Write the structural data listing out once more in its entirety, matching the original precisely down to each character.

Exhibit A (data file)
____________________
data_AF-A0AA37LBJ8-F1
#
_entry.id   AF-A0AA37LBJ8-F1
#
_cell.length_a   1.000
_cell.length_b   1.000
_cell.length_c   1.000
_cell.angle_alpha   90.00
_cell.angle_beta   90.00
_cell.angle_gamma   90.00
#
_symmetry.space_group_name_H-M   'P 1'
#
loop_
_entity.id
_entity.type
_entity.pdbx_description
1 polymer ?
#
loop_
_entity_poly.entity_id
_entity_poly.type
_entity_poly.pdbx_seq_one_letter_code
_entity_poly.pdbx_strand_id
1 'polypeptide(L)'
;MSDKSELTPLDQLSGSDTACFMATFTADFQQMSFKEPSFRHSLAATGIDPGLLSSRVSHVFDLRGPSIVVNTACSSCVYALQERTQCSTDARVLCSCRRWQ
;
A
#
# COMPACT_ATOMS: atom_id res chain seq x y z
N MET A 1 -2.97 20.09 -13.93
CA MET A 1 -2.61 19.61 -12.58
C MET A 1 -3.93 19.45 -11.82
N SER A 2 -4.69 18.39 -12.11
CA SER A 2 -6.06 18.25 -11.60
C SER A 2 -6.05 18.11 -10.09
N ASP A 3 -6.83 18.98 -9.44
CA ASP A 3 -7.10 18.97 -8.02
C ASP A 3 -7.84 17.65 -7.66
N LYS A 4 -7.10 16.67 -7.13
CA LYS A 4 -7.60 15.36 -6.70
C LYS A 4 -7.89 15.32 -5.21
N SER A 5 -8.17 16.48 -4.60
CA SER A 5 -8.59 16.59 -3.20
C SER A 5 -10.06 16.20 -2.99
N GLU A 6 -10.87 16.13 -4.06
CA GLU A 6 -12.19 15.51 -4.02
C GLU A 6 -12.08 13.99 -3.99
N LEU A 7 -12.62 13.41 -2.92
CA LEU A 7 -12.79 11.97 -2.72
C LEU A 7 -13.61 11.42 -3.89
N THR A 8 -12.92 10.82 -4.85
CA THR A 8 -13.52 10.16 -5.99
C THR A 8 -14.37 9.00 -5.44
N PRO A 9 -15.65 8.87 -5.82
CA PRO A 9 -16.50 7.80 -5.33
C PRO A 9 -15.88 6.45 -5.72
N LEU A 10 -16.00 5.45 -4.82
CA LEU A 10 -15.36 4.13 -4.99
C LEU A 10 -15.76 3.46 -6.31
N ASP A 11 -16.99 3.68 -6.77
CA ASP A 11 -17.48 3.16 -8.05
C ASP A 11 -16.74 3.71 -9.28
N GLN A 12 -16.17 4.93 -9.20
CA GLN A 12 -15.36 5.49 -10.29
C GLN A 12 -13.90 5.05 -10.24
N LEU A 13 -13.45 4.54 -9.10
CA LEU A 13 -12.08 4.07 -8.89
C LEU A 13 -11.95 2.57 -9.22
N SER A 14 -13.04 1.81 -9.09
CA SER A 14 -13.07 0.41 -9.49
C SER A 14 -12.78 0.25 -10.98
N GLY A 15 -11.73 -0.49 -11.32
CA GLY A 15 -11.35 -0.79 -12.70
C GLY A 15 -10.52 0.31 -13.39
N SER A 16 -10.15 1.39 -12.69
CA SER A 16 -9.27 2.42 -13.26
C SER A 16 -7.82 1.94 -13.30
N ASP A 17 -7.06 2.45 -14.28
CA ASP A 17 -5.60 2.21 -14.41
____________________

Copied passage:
data_AF-A0AA37LBJ8-F1
#
_entry.id   AF-A0AA37LBJ8-F1
#
_cell.length_a   1.000
_cell.length_b   1.000
_cell.length_c   1.000
_cell.angle_alpha   90.00
_cell.angle_beta   90.00
_cell.angle_gamma   90.00
#
_symmetry.space_group_name_H-M   'P 1'
#
loop_
_entity.id
_entity.type
_entity.pdbx_description
1 polymer ?
#
loop_
_entity_poly.entity_id
_entity_poly.type
_entity_poly.pdbx_seq_one_letter_code
_entity_poly.pdbx_strand_id
1 'polypeptide(L)'
;MSDKSELTPLDQLSGSDTACFMATFTADFQQMSFKEPSFRHSLAATGIDPGLLSSRVSHVFDLRGPSIVVNTACSSCVYALQERTQCSTDARVLCSCRRWQ
;
A
#
# COMPACT_ATOMS: atom_id res chain seq x y z
N MET A 1 -2.97 20.09 -13.93
CA MET A 1 -2.61 19.61 -12.58
C MET A 1 -3.93 19.45 -11.82
N SER A 2 -4.69 18.39 -12.11
CA SER A 2 -6.06 18.25 -11.60
C SER A 2 -6.05 18.11 -10.09
N ASP A 3 -6.83 18.98 -9.44
CA ASP A 3 -7.10 18.97 -8.02
C ASP A 3 -7.84 17.65 -7.66
N LYS A 4 -7.10 16.67 -7.13
CA LYS A 4 -7.60 15.36 -6.70
C LYS A 4 -7.89 15.32 -5.21
N SER A 5 -8.17 16.48 -4.60
CA SER A 5 -8.59 16.59 -3.20
C SER A 5 -10.06 16.20 -2.99
N GLU A 6 -10.87 16.13 -4.06
CA GLU A 6 -12.19 15.51 -4.02
C GLU A 6 -12.08 13.99 -3.99
N LEU A 7 -12.62 13.41 -2.92
CA LEU A 7 -12.79 11.97 -2.72
C LEU A 7 -13.61 11.42 -3.89
N THR A 8 -12.92 10.82 -4.85
CA THR A 8 -13.52 10.16 -5.99
C THR A 8 -14.37 9.00 -5.44
N PRO A 9 -15.65 8.87 -5.82
CA PRO A 9 -16.50 7.80 -5.33
C PRO A 9 -15.88 6.45 -5.72
N LEU A 10 -16.00 5.45 -4.82
CA LEU A 10 -15.36 4.13 -4.99
C LEU A 10 -15.76 3.46 -6.31
N ASP A 11 -16.99 3.68 -6.77
CA ASP A 11 -17.48 3.16 -8.05
C ASP A 11 -16.74 3.71 -9.28
N GLN A 12 -16.17 4.93 -9.20
CA GLN A 12 -15.36 5.49 -10.29
C GLN A 12 -13.90 5.05 -10.24
N LEU A 13 -13.45 4.54 -9.10
CA LEU A 13 -12.08 4.07 -8.89
C LEU A 13 -11.95 2.57 -9.22
N SER A 14 -13.04 1.81 -9.09
CA SER A 14 -13.07 0.41 -9.49
C SER A 14 -12.78 0.25 -10.98
N GLY A 15 -11.73 -0.49 -11.32
CA GLY A 15 -11.35 -0.79 -12.70
C GLY A 15 -10.52 0.31 -13.39
N SER A 16 -10.15 1.39 -12.69
CA SER A 16 -9.27 2.42 -13.26
C SER A 16 -7.82 1.94 -13.30
N ASP A 17 -7.06 2.45 -14.28
CA ASP A 17 -5.60 2.21 -14.41